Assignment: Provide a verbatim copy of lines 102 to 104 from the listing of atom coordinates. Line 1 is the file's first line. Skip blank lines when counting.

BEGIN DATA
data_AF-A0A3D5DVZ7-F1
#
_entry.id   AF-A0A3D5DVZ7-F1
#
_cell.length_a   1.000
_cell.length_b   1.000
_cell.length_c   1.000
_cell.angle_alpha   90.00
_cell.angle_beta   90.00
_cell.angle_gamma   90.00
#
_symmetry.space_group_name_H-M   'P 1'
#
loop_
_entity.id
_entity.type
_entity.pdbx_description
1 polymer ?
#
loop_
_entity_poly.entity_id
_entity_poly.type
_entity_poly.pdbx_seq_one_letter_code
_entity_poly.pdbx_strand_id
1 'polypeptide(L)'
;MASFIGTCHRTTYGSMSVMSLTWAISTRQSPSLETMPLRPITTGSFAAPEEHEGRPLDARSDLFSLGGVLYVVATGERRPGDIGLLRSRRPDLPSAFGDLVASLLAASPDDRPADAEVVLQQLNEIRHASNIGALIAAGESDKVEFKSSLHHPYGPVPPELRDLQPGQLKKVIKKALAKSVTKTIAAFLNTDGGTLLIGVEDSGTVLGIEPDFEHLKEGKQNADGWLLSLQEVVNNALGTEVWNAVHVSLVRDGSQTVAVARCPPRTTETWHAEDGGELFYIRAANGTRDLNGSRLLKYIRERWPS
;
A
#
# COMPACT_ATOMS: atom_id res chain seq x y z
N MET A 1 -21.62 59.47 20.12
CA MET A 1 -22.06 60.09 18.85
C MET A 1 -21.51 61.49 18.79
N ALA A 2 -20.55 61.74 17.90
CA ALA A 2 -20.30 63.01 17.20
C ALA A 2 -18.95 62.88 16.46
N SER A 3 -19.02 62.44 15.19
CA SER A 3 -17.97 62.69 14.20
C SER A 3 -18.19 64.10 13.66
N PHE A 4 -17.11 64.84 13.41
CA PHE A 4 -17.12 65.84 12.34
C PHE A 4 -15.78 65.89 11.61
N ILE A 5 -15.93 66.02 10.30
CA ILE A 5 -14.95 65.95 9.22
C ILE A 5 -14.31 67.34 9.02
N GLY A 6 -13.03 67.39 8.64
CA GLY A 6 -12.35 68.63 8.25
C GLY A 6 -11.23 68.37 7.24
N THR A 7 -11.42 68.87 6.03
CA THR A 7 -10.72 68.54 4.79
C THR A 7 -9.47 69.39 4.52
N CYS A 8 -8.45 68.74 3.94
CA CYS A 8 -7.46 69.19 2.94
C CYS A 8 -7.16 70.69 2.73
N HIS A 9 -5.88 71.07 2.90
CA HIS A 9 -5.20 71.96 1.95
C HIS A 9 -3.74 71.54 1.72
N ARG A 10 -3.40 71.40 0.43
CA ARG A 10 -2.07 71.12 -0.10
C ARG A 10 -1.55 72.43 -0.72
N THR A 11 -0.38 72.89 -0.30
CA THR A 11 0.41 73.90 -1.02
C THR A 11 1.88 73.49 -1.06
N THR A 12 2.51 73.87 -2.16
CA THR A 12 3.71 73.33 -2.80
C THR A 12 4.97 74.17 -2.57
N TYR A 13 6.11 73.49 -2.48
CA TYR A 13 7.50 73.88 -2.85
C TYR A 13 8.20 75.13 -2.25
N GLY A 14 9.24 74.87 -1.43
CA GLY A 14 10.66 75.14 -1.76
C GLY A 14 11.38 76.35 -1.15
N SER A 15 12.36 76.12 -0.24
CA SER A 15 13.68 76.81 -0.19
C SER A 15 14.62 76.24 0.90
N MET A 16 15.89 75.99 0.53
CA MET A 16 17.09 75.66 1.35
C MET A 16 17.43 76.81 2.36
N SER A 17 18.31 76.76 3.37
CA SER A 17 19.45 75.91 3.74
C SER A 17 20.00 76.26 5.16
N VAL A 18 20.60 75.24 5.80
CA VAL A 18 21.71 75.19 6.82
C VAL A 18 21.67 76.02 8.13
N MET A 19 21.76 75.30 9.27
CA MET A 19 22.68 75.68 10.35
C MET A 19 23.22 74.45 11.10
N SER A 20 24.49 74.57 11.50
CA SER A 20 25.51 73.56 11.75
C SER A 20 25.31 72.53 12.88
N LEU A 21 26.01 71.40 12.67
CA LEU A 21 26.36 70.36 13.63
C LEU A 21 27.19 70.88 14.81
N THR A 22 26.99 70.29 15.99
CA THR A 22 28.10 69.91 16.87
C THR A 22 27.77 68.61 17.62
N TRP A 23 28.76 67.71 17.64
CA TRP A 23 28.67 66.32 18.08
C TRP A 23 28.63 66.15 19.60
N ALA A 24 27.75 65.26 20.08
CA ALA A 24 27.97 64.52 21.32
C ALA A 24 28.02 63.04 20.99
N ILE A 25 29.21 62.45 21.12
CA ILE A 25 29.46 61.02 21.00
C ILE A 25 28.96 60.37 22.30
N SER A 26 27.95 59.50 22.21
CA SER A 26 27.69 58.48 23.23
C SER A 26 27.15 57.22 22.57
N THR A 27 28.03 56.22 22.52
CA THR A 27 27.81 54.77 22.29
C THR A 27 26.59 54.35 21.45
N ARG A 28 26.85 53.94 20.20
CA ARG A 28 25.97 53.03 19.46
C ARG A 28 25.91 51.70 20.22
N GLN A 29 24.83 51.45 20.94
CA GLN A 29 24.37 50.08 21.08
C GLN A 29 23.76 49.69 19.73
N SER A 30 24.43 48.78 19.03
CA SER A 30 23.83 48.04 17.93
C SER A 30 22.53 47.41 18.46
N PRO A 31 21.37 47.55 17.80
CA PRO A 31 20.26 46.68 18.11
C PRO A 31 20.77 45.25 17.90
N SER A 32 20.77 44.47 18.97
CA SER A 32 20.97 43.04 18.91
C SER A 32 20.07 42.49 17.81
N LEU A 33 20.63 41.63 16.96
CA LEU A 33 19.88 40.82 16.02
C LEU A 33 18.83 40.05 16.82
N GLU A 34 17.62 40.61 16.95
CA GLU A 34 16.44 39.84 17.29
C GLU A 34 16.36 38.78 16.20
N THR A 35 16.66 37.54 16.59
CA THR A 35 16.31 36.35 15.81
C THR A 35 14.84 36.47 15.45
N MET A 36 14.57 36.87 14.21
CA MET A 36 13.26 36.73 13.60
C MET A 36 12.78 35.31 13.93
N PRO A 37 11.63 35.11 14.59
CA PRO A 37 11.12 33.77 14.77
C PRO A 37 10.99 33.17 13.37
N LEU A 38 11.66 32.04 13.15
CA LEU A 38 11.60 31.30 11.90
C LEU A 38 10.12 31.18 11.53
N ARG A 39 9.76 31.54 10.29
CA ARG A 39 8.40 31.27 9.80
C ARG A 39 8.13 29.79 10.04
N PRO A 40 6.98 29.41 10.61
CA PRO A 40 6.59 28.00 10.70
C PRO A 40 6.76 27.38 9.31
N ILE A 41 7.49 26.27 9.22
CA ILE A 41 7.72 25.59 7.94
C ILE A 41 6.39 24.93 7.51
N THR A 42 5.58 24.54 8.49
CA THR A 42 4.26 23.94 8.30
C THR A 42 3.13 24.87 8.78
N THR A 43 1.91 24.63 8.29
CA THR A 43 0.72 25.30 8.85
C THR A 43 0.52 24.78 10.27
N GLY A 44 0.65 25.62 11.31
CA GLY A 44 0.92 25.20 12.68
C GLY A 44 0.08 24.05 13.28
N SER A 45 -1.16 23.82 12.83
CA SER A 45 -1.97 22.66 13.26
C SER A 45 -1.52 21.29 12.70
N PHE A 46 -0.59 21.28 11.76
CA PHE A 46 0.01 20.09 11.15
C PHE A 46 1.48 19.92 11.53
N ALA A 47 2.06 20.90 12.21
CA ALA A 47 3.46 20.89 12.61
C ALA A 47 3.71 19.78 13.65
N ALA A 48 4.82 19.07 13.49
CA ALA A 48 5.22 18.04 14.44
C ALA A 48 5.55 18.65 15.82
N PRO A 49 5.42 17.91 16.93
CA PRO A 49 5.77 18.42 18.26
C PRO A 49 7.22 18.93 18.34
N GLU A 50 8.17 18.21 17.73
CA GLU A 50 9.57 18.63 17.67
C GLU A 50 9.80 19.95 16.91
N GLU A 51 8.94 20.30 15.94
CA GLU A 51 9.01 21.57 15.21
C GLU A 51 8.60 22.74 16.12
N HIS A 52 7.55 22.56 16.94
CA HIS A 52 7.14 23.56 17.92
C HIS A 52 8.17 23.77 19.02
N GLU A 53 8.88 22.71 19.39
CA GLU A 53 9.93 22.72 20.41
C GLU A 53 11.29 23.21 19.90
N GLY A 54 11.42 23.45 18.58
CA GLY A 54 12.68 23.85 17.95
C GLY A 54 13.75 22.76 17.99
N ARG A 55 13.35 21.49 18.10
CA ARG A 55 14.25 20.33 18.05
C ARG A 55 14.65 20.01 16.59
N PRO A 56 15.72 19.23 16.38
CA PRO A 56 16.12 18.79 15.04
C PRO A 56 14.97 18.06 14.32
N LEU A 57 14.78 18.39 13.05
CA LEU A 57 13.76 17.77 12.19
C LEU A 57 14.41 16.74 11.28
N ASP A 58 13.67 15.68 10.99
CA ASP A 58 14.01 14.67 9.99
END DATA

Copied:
C ALA A 24 28.02 63.04 20.99
N ILE A 25 29.21 62.45 21.12
CA ILE A 25 29.46 61.02 21.00